Wednesday, October 10, 2012

The first 23 or so minutes of the City Commission work session last night...

This is the first part of the meeting.  For most of us present, we experienced many RPMs.  What are RPMs?  Revelations per minute.  Here we find out that there was no management team in place during most of the project, that "oil finished bronze hardware" should stand up to oceanfront conditions but hasn't, that a "substantially complete" letter was issued by the architect in May indicating that the project - at least according to the contractor and architect - was then handed over to the city.  At that point, it was the city's job to maintain the building?  Given the city's record on building maintenance, I question whether or not we are up to the task even if we had assigned staff (there was none in this last budget) to do whatever maintenance is required for this building that is less than six months old.  Whether or not we are getting a new wood floor in the ballroom seems to be based upon how much water content is "normal" in a wood floor versus how much they can dry out the one that is there.  They are putting in replacement hardware and adding astragals to the doors - on the inside in addition to the ones outside - to prevent wind driven rain from entering the building.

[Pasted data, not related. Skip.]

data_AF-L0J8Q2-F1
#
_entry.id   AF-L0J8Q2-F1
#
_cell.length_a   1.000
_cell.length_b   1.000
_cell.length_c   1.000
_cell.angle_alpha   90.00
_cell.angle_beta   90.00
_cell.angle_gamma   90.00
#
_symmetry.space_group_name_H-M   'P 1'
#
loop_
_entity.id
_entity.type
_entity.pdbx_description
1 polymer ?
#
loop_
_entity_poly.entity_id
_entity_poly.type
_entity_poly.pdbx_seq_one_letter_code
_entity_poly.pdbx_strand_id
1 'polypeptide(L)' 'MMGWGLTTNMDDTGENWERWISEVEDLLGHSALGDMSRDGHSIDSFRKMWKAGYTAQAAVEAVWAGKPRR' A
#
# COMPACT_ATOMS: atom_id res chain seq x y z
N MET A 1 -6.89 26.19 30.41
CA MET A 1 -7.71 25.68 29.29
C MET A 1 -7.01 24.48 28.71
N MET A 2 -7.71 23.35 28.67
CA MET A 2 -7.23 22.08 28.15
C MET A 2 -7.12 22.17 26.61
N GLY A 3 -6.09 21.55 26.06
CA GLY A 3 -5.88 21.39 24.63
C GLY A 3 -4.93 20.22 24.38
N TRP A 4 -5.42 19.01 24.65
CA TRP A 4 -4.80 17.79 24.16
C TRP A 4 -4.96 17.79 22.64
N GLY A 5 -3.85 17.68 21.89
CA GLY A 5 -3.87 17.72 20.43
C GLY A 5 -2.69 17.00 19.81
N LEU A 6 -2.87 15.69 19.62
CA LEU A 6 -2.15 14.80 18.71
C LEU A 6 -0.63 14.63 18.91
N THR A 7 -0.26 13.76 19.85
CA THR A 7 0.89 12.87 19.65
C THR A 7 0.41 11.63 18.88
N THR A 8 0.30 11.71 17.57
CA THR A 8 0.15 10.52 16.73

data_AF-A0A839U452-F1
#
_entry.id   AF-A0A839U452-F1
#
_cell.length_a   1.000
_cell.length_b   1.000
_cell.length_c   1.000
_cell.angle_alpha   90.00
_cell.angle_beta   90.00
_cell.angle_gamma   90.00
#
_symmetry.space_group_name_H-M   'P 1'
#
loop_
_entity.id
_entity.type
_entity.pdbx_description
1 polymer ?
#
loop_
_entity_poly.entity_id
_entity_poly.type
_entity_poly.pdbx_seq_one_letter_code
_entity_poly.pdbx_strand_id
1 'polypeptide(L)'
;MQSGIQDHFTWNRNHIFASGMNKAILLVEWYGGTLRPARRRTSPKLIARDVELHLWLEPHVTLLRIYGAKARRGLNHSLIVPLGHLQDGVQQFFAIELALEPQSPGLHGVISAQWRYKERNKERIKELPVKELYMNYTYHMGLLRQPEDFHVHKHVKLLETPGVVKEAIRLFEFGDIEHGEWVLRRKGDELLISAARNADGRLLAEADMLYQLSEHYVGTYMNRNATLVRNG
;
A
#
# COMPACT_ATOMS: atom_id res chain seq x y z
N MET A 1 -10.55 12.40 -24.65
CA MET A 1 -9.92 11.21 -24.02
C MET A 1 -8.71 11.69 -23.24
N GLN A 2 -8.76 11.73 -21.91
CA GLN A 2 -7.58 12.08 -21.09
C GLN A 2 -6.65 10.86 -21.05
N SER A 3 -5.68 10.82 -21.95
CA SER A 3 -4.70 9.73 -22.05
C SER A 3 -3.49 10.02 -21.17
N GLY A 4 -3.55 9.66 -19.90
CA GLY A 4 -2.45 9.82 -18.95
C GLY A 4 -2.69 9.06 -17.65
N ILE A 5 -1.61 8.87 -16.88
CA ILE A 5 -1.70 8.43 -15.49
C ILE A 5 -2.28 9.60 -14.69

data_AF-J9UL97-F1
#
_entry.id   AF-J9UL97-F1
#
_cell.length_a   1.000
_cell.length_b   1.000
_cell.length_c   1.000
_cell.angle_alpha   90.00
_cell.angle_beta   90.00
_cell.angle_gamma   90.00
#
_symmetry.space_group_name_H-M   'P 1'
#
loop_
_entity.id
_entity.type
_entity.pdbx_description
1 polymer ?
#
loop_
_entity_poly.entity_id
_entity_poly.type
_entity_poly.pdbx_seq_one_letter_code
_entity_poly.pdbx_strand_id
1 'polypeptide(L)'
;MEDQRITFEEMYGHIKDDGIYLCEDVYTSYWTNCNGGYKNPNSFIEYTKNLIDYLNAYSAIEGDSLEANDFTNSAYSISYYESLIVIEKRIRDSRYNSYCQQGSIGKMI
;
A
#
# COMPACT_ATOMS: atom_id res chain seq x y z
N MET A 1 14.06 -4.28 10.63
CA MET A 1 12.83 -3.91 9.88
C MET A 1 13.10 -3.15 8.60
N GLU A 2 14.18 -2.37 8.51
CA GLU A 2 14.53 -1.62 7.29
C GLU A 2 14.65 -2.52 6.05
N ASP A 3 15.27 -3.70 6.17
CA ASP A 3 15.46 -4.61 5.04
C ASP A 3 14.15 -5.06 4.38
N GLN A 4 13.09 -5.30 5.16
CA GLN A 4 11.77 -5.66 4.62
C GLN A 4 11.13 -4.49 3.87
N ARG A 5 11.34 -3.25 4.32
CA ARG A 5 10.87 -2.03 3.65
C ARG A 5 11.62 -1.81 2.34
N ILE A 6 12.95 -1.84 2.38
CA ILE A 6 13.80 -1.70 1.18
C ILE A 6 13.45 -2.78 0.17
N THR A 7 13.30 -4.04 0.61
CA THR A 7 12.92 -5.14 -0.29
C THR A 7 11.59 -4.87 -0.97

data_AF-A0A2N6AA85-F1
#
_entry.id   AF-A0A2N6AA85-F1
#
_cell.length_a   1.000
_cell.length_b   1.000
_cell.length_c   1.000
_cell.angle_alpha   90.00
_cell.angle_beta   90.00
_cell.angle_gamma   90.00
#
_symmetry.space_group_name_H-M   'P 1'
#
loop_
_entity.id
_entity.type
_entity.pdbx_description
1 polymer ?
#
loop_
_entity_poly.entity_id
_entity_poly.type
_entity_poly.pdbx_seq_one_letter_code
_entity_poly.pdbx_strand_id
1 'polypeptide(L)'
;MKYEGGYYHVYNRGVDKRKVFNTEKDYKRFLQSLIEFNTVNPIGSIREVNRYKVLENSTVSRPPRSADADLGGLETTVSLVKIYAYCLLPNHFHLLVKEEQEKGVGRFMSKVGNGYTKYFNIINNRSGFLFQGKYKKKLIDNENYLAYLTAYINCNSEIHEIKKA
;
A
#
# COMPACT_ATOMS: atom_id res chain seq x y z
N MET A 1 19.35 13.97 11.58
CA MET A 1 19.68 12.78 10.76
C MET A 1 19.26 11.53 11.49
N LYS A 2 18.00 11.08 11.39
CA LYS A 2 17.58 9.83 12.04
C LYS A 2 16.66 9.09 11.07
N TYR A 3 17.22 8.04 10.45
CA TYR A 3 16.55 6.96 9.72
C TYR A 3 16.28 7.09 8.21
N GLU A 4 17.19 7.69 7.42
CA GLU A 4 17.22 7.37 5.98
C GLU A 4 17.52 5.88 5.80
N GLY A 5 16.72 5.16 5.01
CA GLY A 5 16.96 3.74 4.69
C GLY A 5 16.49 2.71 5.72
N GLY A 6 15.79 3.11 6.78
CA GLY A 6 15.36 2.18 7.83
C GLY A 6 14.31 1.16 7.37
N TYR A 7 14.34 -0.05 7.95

I will put up the second video - somewhat shorter than this one.  The card in my camera allows about 40 or so minutes of video and longer ones take a while to upload to YouTube.  Check out the 19 minute mark for some particularly revealing information in this first video.  The second one begins during the discussion of what "substantially complete" means.

I still believe that it is unconscionable that our two representatives that a) were the most ardent advocates for this project, b) told people during the process that if they asked questions about the process or the project that they were somehow "against the project", c) were elected on the premise on "saving the building" d) used this project to campaign for office and e) reassured us all along that everything was o.k. and it will be a "shining achievement" when all is said and done weren't there to participate in the discussion.  They weren't there to stand up for the constituent's interest when the heat got hot.  That is why we elect people - to be responsible for successes and failures - to take ownership when things go wrong.  Then to have the two of them both - serendipitously - not show up was just too much to take.

Now, as for excuses why they couldn't attend, I say this.  Let's say that an elected official gets word minutes before a meeting that something terrible has happened to someone they know or are related to.  That person should immediately inform the City Manager, in this case, of the situation and ask that it be announced at the beginning of the meeting.  If it was that serious, we should have all had a moment of silence before or after the Pledge of Allegiance.  There might be some grumbling in the audience, but at least then we would have an excuse for their absence that had been made in a public way.  Not through some back-channel, rumor mill the day after the meeting.  As for Commissioner Mulvehill, maybe this officially sealed her lame-duck status and she couldn't bear witness to the bitter fruits of her labor.  I just know that those in attendance felt like their elected representatives shirked their duty last night by not being there - having no idea what could be more important than bringing a major issue the city has dealt with for 30 + years to a successful conclusion.